Convoy leader Pat King heads to trial

Freedom Convoy organizer Pat King appears as a witness at the Public Order Emergency Commission in Ottawa on Nov. 2, 2022. (Justin Tang/The Canadian Press - image credit)
Freedom Convoy organizer Pat King appears as a witness at the Public Order Emergency Commission in Ottawa on Nov. 2, 2022. (Justin Tang/The Canadian Press - image credit)

One of the most polarizing figures to gain notoriety during what became known as the Freedom Convoy in Ottawa more than two years ago will stand trial Monday, signalling the tail end of criminal proceedings that have dogged hundreds of individuals who participated in the historic protest.

Pat King, from Red Deer, Alta., is facing charges of mischief, intimidation, obstructing police, disobeying a court order and other offences for his role in the protest that gridlocked downtown for nearly a month in early 2022.

Arrested and jailed for five months before his release that summer, King is unlikely to serve more time behind bars if he is found guilty, given laws around credit from time served.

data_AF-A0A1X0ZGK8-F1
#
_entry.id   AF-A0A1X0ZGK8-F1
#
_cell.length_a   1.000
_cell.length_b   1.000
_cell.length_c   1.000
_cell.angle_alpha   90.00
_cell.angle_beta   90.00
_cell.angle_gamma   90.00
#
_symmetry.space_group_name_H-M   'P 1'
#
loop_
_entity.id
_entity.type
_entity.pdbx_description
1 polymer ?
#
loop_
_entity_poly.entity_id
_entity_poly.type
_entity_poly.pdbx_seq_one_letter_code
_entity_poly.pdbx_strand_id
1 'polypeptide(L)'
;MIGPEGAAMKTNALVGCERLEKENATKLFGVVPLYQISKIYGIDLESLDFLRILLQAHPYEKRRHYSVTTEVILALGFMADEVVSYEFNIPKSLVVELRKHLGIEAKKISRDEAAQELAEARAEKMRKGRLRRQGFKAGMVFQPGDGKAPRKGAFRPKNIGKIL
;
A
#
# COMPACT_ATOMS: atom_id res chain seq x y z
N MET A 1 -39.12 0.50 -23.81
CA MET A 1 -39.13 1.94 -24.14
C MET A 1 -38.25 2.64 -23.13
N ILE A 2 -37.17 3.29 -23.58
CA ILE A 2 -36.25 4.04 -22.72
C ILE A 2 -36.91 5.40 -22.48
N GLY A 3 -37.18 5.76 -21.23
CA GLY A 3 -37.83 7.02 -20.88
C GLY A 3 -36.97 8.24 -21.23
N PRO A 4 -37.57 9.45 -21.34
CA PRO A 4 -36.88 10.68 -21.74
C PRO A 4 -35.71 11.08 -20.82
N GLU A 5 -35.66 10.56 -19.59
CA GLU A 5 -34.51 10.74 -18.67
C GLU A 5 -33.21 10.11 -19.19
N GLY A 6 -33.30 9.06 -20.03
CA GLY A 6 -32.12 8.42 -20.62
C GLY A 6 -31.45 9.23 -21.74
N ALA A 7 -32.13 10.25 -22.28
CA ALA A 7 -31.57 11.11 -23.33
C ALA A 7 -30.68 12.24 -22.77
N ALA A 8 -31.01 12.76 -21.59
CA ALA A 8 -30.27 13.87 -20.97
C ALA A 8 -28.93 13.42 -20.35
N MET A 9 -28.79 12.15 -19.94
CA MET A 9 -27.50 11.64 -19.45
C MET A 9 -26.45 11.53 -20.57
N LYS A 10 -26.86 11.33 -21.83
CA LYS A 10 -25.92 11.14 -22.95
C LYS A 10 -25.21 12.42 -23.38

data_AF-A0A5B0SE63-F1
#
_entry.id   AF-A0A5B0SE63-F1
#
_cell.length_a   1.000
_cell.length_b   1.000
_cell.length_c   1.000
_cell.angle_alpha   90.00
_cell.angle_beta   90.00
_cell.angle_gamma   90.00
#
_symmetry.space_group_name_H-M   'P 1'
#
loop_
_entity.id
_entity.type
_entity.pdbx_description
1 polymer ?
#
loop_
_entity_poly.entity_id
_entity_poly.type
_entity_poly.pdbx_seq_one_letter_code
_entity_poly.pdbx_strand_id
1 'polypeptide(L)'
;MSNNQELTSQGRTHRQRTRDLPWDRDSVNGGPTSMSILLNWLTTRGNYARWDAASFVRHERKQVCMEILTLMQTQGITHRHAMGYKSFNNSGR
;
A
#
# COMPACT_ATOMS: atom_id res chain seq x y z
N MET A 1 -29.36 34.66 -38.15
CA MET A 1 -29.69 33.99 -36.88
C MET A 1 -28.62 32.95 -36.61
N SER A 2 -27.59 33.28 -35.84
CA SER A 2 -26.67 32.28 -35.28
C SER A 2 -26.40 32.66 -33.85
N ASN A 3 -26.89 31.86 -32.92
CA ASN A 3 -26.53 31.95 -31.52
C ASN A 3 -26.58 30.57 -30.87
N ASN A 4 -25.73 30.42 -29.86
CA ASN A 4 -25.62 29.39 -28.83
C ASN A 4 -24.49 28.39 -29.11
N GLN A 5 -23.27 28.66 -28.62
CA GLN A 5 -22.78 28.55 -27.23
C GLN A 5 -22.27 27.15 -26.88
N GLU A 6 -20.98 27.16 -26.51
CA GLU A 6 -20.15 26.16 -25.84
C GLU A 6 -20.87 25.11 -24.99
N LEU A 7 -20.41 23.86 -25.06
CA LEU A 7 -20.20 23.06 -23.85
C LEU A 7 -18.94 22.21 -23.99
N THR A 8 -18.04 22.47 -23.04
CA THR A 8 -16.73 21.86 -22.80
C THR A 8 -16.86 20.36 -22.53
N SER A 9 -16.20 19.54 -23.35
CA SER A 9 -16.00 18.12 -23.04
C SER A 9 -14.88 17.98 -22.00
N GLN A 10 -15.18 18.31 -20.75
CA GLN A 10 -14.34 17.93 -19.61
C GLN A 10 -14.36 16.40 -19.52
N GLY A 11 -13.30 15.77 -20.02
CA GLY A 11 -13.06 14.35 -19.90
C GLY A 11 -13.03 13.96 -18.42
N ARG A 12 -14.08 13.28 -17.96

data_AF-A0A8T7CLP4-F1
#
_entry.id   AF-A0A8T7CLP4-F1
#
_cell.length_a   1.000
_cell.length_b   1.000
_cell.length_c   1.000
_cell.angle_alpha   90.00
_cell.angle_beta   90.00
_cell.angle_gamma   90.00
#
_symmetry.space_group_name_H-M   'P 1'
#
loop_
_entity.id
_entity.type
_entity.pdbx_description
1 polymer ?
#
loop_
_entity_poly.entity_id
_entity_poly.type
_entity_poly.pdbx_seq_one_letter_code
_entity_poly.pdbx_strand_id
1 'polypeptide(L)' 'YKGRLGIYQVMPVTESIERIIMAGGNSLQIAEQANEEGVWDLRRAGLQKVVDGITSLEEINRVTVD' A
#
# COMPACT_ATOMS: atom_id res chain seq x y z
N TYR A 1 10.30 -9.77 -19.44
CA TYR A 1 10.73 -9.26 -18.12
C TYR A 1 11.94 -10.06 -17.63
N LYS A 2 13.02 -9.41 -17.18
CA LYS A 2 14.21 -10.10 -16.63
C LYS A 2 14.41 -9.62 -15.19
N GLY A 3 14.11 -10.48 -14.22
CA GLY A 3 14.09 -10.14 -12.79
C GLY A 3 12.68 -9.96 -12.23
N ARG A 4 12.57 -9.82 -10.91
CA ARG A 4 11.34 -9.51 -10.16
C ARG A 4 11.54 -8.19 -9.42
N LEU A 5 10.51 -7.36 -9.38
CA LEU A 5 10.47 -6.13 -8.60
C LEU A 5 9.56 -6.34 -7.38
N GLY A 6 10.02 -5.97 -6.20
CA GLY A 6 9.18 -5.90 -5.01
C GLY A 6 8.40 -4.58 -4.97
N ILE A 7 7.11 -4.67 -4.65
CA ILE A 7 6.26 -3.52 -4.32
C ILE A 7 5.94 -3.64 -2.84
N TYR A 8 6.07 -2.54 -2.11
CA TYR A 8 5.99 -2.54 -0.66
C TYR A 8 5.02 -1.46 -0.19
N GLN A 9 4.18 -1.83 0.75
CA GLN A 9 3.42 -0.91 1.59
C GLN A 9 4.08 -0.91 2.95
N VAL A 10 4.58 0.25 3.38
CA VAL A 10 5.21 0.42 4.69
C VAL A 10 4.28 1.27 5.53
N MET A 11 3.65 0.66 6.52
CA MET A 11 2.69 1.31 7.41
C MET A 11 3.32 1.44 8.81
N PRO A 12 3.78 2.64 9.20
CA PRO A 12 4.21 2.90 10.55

Like other prominent convoy leaders, King's trial is expected to draw a sizeable crowd outside the Ottawa Courthouse.

But unlike the trials of Tamara Lich and Chris Barber, King's defence won't be bankrolled by The Democracy Fund or the Justice Centre for Constitutional Freedoms — both well-mobilized entities with deep ties to libertarian and right-wing backers.

Similarly, many of the convoy supporters and even some of the original core organizers who once shouted slogans against vaccine mandates alongside King have abandoned or distanced themselves from the 46-year-old, who is known for making incendiary remarks.

He knows all this, perhaps better than anyone else.

"I'm about to go into the fight of my life," he told his social media audience on April 29.

Laurie Foster-MacLeod
Laurie Foster-MacLeod

Left to defend himself

King, who was granted permission to livestream online for fundraising purposes, admitted to supporters in that final video before he travelled to Ottawa that he's looking forward to the end of the legal ordeal so he could return to some normalcy.

"It's been hard," he told supporters.

A day later he posted on Facebook: "My lawyer just contacted me that we are sitting at 9037$ in donations just from last night . I cannot thank you enough !" he wrote.

Without financial backing from any major advocacy group, King has had to raise money mostly on his own, hosting events both in Alberta and Ontario.

Prior to his most recent fundraiser in early May, he said he was around $60,000 short of his goal. But King is hardly alone in his fight.